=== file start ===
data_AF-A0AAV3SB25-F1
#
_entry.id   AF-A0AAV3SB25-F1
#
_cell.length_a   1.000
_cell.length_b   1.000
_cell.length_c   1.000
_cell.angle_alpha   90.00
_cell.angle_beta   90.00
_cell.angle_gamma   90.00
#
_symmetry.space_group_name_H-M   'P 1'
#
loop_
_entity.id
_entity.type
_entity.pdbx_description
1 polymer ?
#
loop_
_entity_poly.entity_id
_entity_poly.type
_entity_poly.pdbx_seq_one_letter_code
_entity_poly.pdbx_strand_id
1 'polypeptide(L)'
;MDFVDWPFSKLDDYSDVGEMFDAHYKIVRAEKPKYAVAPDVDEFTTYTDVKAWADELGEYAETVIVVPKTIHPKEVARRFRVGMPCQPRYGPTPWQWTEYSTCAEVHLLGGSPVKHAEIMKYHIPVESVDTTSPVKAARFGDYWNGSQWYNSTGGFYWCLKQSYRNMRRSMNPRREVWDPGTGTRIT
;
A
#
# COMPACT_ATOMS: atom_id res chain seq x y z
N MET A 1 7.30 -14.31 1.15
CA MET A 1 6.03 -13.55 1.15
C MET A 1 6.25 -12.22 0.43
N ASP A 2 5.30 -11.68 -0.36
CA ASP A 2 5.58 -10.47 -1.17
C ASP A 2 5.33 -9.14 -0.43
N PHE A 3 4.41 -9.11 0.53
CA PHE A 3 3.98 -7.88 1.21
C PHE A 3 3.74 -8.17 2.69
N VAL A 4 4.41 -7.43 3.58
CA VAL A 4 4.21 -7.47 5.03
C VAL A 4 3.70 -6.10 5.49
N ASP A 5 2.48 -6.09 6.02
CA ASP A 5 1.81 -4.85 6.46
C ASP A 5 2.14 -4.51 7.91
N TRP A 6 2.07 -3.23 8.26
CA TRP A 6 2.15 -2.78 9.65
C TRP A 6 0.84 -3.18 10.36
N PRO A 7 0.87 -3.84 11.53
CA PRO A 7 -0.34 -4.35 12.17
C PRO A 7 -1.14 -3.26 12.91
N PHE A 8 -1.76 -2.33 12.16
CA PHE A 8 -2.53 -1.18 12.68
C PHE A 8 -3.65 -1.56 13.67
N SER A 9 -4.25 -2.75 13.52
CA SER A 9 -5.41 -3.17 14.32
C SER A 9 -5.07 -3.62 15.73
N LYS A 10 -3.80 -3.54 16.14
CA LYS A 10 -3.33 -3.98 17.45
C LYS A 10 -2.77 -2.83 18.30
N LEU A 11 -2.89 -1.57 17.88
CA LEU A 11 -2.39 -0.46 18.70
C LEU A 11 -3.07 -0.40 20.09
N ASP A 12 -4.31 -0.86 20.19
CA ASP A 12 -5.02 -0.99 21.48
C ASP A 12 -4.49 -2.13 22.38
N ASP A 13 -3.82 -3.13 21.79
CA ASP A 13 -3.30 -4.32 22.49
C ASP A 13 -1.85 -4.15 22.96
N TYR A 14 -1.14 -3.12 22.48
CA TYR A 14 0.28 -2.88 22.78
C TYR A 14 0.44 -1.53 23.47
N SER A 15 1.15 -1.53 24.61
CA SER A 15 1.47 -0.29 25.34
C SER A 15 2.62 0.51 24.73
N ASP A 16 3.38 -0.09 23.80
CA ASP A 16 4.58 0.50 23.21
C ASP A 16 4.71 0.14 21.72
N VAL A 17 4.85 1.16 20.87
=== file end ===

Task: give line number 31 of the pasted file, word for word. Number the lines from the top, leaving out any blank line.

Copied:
N MET A 1 7.30 -14.31 1.15